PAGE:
A number or years ago we bought a used walk-in from a restaurant that was moving locations. It was the answer to the issue of long term cellar-type storage for our homestead goods. I didn't need it to be refrigerator cold, just cold enough for storage of our field crops, tree fruit, excess eggs, rendered animals fats, corn flour, fermented foods, etc. I wanted to be able to hang a butcher goat or pig from time to time and wet or dry age smaller livestock. The outside walls were a little beaten up visually, but otherwise it was in great shape. I took a couple of friends with me to the restaurant and we dismantled the walk-in, loaded into my VW Vanagon and stored it in a shed until I could figure out where I wanted to install it and get the work done. There it sat for the next 4 years while I was busy making my living homesteading. I looked around, considered available space, toyed with the ideas of making a new space closer to the seasonal creek on the north side of the property. So many possibilities, each with their own amount of work that would have to be done to make the space usable.
During the time the walk-in was stored in a shed, we wanted to create a new space to process and store our garlic in. Garlic is a big crop for us, we grow over 20 varieties of garlic for selling at the Farmers' Market, and keeping all those varieties separate and well labeled every step of the way takes space. The three sided shed we stored our garlic in was a great space for summer and fall processing and storage, but a bad place for long term storage. The shed is under a large fir tree on the north side of the property, one of the coolest spots inside the fenced area of our homestead, but come early winter it was so dank the garlic quickly rotted.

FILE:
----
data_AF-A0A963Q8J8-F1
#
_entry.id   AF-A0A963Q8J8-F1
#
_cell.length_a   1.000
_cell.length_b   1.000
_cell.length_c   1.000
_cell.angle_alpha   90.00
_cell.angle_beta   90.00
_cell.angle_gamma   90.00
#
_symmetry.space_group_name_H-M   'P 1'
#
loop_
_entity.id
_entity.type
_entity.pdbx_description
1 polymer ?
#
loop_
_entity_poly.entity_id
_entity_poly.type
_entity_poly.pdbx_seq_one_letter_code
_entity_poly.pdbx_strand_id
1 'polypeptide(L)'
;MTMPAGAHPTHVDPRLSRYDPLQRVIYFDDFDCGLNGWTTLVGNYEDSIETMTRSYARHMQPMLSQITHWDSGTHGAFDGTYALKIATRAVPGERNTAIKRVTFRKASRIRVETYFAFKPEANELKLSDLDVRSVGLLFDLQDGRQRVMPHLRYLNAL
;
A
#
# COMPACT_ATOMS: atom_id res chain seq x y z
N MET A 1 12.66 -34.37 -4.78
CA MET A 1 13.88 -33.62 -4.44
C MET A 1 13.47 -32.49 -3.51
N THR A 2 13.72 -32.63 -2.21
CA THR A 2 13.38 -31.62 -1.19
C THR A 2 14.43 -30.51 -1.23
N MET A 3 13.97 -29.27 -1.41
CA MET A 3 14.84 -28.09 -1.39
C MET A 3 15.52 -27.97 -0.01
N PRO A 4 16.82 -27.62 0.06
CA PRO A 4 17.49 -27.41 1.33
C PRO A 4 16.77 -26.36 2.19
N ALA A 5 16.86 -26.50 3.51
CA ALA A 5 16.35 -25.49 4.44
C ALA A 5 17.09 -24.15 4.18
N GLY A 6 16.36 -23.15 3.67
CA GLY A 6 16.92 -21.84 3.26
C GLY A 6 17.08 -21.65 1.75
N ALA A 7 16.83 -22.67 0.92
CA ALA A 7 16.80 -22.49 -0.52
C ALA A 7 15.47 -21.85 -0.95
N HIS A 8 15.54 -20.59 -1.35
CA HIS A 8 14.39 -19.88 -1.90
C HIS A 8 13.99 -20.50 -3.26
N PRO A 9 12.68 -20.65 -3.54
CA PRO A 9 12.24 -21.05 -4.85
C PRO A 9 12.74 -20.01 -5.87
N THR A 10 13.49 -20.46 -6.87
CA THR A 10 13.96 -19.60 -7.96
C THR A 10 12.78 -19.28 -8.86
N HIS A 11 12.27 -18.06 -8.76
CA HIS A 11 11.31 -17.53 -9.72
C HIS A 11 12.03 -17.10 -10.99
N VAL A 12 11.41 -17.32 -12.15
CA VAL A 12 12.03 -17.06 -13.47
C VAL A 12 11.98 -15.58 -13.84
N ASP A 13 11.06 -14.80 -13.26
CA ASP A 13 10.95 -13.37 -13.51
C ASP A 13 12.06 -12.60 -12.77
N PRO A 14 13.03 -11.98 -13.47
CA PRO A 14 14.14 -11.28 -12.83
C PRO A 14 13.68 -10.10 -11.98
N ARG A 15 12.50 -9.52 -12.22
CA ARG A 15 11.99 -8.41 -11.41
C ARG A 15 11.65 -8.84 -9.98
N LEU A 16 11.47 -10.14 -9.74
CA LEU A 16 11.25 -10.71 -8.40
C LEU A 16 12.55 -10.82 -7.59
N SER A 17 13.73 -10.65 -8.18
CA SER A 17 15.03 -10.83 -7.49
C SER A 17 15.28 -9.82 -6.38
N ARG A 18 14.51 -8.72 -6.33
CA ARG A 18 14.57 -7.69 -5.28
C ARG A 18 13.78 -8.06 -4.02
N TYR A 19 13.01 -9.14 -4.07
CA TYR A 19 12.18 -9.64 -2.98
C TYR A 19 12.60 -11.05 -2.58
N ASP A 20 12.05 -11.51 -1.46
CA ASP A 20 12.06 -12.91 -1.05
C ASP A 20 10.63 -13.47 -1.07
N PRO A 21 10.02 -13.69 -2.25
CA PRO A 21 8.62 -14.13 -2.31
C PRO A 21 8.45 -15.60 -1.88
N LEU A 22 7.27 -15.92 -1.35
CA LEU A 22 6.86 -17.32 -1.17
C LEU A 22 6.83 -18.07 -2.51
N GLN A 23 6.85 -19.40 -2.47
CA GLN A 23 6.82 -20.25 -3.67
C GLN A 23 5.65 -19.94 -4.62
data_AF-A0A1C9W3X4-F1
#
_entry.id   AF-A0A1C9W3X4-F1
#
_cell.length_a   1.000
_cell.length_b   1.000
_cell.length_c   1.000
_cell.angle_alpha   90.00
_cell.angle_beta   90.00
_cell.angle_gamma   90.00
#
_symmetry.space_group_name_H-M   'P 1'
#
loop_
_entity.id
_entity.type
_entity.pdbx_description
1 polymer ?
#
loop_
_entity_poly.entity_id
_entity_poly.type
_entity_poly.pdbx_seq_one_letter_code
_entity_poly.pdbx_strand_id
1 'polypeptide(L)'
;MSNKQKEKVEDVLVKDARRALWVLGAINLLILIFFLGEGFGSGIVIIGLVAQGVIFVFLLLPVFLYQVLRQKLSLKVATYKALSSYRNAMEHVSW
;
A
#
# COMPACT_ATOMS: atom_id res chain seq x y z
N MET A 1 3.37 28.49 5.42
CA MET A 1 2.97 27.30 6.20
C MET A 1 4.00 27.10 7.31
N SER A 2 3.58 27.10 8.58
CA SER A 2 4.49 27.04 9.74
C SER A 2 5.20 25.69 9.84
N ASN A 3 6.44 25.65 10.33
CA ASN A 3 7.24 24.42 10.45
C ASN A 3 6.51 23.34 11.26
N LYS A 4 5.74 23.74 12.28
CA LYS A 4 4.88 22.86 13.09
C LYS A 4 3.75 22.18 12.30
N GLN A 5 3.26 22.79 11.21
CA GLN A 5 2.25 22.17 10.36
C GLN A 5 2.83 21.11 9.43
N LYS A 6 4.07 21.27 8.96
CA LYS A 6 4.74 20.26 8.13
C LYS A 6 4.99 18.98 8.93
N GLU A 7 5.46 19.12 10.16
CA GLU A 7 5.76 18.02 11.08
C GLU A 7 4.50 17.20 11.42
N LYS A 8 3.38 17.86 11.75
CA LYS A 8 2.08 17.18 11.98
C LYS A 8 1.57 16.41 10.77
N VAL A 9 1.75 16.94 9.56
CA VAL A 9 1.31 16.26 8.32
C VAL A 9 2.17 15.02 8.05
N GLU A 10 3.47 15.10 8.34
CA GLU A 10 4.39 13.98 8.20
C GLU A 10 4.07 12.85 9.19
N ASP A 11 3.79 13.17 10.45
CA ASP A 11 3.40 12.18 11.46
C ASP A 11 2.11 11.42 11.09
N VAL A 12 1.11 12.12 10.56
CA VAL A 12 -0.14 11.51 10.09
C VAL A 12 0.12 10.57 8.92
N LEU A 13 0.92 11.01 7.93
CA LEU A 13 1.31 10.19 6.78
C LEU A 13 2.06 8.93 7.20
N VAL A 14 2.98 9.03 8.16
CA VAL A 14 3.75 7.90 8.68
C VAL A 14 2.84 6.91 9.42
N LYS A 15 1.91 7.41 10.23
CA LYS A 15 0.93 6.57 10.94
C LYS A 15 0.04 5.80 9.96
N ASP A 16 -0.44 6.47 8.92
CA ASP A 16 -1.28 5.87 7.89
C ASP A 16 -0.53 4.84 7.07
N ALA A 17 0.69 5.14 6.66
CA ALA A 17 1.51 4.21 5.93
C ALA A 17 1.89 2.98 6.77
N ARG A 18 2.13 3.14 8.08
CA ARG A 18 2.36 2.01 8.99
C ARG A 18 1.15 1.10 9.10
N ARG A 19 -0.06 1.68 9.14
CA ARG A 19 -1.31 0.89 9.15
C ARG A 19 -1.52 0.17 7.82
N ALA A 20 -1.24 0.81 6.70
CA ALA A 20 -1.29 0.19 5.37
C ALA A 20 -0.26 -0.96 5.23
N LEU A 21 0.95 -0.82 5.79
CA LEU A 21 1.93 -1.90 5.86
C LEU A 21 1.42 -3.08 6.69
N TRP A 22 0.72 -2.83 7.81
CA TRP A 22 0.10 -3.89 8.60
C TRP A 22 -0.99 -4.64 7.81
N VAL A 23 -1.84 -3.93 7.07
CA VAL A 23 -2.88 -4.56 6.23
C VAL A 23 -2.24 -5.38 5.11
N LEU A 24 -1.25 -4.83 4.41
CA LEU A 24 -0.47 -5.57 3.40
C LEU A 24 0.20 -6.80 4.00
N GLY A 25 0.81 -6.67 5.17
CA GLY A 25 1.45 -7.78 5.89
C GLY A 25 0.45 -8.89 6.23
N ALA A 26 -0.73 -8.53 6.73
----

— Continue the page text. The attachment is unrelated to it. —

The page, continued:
Three years ago we utilized a small foundation that was already on the property in an area that has more sun, but not too much, and way more air flow. We built another three sided shed on the the foundation and moved the garlic operation there, and it's worked out wonderfully. At the same time, I now had an empty three sided shed under a fir tree on the north side of the property near a seasonal creek that was the coolest part of the homestead, it was the perfect home for the walk-in. A small slab was poured with a drain in the middle so the slab could be hosed down, the walk-in went up on the slab, some shelving was built on the outside of the walk-in wall to hold home canned goods and a CoolBot was installed.
I love my Coolbot, it's so easy to use and has a wide range of temperature settings. When we installed the Coolbot three years ago, I didn't realize that the A/C that I had already purchased for using with it was incompatible and wouldn't work with the Coolbot. It would take a week or more to get the A/C that I should have bought in the first place, and all the work would stop until we had the A/C in, so I grabbed an A/C off the shelf of our local hardware store to use. It was a little smaller than the one I originally purchased, but it worked like a champ for three years then died. I replaced it last weekend.